Forerunners of Modern Financial Economics

Forerunners of Modern Financial Economics

A Random Walk in the History of Economic Thought, 1900–1950

Donald R. Stabile

The economists who began using statistics to analyze financial markets in the 1950s have been credited with revolutionizing the scholarship of investing and with inaugurating modern financial economics. By examining the work of economists who used statistics to analyze financial markets before 1950, Donald Stabile provides evidence about the forerunners of modern financial economics.

Chapter 1: Introduction: Finance, Risk, and Statistics

Donald R. Stabile

Subjects: economics and finance, economic psychology, financial economics and regulation, history of economic thought

Extract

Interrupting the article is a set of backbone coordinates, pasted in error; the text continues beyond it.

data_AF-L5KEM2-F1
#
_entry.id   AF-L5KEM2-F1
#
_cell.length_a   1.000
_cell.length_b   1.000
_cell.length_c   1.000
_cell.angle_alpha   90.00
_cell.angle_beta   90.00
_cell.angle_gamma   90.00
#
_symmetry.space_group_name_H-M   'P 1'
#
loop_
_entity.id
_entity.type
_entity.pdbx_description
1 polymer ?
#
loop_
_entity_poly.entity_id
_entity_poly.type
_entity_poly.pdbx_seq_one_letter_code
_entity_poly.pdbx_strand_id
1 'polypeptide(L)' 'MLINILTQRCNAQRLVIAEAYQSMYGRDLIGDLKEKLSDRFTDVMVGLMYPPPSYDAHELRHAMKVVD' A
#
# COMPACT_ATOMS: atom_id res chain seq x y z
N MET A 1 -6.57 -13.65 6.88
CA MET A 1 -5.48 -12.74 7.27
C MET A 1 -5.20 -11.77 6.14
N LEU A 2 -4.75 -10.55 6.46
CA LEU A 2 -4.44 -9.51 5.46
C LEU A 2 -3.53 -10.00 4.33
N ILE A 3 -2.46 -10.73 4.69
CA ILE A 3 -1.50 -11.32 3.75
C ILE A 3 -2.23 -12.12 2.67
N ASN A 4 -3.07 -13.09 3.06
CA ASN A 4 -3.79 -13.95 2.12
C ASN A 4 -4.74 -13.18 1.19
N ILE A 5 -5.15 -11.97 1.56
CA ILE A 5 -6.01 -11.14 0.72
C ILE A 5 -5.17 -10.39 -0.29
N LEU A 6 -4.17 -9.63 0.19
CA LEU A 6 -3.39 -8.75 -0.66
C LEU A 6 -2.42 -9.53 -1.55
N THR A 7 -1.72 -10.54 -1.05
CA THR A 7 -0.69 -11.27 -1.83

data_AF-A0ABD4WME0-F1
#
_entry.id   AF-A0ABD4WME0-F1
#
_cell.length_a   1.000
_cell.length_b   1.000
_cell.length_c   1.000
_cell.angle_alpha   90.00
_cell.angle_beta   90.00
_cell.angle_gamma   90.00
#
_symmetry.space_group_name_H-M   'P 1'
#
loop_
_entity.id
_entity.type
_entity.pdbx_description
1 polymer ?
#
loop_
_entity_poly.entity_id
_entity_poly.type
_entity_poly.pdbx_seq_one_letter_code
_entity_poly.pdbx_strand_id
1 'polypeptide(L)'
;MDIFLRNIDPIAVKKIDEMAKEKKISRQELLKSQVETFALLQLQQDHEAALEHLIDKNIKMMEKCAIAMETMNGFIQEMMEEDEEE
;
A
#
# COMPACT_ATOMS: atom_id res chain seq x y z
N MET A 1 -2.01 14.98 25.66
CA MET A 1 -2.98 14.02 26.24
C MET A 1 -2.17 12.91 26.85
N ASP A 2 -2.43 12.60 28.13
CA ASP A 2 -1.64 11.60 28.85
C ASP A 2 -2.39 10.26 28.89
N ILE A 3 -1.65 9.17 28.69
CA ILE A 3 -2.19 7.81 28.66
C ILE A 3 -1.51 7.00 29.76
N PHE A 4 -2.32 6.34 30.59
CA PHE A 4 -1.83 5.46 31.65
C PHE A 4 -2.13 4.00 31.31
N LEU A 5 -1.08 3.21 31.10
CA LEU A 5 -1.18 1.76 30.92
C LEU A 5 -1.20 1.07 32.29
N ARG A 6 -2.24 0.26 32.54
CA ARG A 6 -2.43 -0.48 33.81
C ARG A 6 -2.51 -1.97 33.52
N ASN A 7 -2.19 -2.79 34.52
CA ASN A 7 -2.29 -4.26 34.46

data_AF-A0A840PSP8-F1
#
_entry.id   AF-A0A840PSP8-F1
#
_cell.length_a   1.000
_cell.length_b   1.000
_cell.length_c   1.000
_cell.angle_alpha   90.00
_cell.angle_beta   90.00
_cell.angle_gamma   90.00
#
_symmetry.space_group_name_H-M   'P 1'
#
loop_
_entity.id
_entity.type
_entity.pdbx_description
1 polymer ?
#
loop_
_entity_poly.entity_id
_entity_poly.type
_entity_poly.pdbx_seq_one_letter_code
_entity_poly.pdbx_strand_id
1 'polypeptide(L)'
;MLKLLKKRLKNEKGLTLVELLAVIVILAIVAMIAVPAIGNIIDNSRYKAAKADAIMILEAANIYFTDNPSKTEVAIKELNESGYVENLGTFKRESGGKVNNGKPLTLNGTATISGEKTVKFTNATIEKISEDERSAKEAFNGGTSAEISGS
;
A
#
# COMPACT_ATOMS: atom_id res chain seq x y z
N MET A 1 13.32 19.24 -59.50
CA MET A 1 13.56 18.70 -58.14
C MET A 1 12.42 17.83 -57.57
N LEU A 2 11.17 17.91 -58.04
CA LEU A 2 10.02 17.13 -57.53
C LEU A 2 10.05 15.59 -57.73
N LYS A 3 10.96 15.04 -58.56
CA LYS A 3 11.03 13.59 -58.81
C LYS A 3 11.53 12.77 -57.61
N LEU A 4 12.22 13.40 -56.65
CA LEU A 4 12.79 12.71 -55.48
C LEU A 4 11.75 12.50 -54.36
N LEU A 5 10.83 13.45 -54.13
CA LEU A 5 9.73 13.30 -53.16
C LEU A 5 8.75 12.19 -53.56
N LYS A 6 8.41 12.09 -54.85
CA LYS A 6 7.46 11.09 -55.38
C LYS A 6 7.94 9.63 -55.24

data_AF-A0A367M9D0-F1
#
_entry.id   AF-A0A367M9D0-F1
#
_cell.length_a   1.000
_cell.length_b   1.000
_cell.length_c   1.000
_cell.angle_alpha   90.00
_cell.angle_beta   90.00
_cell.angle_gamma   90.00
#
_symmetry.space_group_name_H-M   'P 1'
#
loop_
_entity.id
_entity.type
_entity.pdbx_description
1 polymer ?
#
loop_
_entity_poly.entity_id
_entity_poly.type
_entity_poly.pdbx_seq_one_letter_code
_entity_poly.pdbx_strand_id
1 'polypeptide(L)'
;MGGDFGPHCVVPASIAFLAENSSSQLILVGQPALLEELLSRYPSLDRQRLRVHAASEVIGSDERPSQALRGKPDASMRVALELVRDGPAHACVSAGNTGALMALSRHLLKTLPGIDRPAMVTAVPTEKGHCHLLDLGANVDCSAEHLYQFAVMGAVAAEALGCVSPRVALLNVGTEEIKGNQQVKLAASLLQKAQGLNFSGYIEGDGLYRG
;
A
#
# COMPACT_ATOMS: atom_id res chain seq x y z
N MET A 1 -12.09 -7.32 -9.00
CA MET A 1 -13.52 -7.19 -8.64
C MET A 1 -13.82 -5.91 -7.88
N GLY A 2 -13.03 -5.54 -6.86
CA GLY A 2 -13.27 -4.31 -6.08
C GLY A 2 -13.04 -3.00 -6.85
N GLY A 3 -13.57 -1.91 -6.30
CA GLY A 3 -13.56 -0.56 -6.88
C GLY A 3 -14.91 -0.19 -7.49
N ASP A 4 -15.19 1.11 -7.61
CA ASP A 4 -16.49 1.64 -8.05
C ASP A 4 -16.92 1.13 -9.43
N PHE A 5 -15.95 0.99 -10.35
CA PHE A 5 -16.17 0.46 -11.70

Starting in the 1950s, a small group of economists began using the methods of statistics to study financial markets. Their path-breaking work revolutionized the study of investing and created a new field of financial economics with the simple idea that risk can be measured with statistical methods. Every revolution has antecedents, however, and this book will study the forerunners of modern financial economics. Financial economics has not been considered an important topic in the history of economic thought, with a few exceptions (Crockett 1980; Markowitz 1999; Miller 1999; Poitras 2000; and Rubinstein 2003). In this book, I am going to focus on a group of economists who used the methods of probability theory and statistics to analyze financial markets in the period before 1950. These economic thinkers were explorers, seeking places for the paths to be started. Along the way, they found resistance to their ideas among holders of traditional views of finance and economics. Those skeptics regarding the application of statistics to finance will also be part of the story told in this book. MODERN FINANCIAL ECONOMICS Before the development of modern financial economics, investors in financial securities followed a number of strategies in making their decisions. Technical analysis and its companion approach the Dow Theory, which dates back to the 1890s (both will be described more fully in Chapter 6), use charts of stock prices in order to find trends investors could use to buy on an upswing and sell before a downswing (technical analysis) or looks for...